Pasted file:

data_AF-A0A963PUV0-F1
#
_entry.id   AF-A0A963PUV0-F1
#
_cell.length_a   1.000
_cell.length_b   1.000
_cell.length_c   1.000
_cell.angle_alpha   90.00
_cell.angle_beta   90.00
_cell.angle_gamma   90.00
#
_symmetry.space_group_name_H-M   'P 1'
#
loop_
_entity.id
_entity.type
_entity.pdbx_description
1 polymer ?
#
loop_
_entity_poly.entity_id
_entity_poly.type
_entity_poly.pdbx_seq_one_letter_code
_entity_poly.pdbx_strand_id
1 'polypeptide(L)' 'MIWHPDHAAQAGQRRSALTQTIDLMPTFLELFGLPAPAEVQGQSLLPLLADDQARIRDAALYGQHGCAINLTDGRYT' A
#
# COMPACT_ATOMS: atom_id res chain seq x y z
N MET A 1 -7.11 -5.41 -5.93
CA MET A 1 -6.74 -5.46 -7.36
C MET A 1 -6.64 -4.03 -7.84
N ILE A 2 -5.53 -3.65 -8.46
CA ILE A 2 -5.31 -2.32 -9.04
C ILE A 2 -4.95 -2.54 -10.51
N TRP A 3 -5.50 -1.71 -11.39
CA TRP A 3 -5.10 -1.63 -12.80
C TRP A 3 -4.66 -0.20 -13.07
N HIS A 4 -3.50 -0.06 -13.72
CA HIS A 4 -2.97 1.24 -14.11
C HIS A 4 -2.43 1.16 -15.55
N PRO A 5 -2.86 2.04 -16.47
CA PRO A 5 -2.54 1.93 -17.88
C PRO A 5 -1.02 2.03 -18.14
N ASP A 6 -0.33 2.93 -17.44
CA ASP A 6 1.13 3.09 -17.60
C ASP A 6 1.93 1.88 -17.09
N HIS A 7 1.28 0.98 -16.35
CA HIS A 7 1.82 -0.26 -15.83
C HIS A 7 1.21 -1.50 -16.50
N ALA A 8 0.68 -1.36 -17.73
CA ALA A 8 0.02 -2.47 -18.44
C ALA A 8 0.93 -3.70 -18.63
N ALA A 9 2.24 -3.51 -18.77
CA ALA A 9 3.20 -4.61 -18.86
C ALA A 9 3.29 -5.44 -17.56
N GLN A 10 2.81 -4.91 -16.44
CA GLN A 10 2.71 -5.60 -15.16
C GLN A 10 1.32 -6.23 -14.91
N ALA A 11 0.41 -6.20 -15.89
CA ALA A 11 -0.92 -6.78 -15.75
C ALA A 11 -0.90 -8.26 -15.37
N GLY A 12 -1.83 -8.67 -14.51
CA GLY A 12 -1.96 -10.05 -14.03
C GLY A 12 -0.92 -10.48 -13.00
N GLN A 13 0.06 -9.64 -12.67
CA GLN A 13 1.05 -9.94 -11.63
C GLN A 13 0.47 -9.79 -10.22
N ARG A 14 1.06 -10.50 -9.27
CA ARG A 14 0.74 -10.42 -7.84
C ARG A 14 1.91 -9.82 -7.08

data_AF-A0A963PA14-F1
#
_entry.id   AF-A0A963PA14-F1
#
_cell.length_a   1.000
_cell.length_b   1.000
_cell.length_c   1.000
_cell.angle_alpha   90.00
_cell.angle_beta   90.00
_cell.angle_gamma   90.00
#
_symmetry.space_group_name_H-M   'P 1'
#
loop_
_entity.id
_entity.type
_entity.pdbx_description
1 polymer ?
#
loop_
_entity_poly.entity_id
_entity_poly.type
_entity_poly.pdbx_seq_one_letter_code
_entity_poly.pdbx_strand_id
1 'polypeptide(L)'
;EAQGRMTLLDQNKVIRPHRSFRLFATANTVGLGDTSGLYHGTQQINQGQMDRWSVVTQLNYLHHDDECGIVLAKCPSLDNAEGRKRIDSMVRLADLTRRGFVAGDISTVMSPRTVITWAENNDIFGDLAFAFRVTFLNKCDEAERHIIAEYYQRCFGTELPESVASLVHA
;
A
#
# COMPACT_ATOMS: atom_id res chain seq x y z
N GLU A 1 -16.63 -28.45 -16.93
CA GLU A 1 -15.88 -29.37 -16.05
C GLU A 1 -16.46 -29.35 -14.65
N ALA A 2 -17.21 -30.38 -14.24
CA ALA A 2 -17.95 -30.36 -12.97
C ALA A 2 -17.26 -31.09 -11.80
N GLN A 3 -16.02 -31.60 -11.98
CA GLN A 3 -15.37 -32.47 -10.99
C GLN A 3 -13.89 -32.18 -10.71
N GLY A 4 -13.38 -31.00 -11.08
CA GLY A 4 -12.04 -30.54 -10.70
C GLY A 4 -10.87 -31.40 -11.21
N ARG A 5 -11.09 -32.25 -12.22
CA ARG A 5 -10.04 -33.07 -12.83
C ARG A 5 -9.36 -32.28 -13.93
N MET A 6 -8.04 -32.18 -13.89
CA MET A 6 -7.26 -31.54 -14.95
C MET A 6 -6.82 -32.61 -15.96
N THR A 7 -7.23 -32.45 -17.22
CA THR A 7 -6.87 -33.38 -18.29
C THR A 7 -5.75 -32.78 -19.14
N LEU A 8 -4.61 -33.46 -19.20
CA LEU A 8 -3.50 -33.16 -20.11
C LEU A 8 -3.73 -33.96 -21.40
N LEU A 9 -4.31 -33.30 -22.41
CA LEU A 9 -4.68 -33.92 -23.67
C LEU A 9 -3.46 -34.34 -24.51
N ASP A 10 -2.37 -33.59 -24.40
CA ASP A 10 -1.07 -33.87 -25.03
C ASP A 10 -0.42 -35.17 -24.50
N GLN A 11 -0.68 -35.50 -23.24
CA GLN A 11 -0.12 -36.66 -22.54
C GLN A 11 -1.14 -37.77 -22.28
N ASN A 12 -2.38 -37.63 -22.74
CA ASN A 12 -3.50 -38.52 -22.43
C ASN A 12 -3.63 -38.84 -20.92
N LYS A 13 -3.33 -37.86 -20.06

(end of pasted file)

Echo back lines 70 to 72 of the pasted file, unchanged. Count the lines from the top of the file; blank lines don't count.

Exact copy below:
data_AF-A0A963PA14-F1
#
_entry.id   AF-A0A963PA14-F1